Born in 1960, Robert joined the Army in 1977 and was commissioned from Sandhurst into the Scots Guards. He served in Belfast and qualified as a jungle warfare instructor in Brunei, later working in Africa. He was selected for 14 Intelligence Company and also participated in Operation Corporate.
It was in the final assault on Mount Tumbledown, East Falklands that was to be the test of Robert's courage and strength. In a moment of victory he was almost killed when an Argentine sniper shot him directly in the head. He lay in the snow on the mountaintop for six hours before being airlifted to a makeshift operating theatre with no painkillers.
His extraordinary bravery in battle and recovery saw him recognised with the Military Cross (MC).
The incident left him wheelchair bound for two years and paralysed down one side of his body. Today, his most visible legacy is a slight limp and a paralysed left arm.
He co-wrote with his father, an account of his experiences during and after the war, When The Fighting Is Over. His story was of such interest that the BBC commissioned a television drama, "Tumbledown", based on the book, starring Colin Firth as Robert.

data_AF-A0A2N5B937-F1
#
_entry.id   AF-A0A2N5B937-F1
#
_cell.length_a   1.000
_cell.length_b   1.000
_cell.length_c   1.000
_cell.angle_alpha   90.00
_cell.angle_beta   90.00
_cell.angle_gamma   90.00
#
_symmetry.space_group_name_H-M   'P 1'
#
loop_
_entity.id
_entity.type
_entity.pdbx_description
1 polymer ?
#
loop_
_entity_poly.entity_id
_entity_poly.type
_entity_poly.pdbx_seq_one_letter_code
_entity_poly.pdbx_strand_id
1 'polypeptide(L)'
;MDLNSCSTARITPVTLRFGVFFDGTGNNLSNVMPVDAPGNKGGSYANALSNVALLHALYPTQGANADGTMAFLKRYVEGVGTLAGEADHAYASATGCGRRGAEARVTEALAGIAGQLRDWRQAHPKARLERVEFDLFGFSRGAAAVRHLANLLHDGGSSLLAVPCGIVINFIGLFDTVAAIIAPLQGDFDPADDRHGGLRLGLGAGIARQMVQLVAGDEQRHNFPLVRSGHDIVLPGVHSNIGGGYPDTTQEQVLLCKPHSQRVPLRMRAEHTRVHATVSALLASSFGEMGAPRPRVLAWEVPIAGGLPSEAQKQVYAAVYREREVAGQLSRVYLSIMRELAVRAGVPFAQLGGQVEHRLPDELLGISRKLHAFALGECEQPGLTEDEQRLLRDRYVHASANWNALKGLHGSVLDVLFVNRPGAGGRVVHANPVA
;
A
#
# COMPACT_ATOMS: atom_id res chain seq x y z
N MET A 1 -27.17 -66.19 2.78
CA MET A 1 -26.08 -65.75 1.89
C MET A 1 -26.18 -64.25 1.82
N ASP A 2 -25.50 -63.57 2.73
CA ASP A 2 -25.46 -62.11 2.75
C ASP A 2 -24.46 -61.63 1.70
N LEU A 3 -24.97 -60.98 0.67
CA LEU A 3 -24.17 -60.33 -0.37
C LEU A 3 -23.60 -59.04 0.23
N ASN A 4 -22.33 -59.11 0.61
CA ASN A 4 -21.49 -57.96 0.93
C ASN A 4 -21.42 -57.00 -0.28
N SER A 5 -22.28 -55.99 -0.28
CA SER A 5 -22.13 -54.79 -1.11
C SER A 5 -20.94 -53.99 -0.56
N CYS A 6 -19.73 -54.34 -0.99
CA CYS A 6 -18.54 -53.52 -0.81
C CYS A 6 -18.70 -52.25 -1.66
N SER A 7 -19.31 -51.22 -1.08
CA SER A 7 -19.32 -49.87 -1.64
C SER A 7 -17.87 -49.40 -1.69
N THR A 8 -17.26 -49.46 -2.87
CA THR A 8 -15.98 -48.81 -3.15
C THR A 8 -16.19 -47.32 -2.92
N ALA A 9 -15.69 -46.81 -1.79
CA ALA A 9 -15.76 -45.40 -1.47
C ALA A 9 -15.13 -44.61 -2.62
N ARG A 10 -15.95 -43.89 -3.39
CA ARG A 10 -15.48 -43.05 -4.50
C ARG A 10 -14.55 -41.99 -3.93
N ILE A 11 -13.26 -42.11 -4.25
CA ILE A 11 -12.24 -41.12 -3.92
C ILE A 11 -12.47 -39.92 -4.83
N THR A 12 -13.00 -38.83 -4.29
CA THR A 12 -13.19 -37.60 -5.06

His work since has included being a Patron for Ticket for Troops and a Mentor for Heropreneurs. Robert also oversaw over £100,000 of fundraising for Combat Stress as a Patron in 2009.He has since established and now runs Global Adventure Plus, a project to help rehabilitate British ex-servicemen through expeditions to foreign countries. His own adventures have taken him to the Arctic, India and Africa (escorting Princes William and Harry).
His extraordinary story is one that needs to be heard to be believed.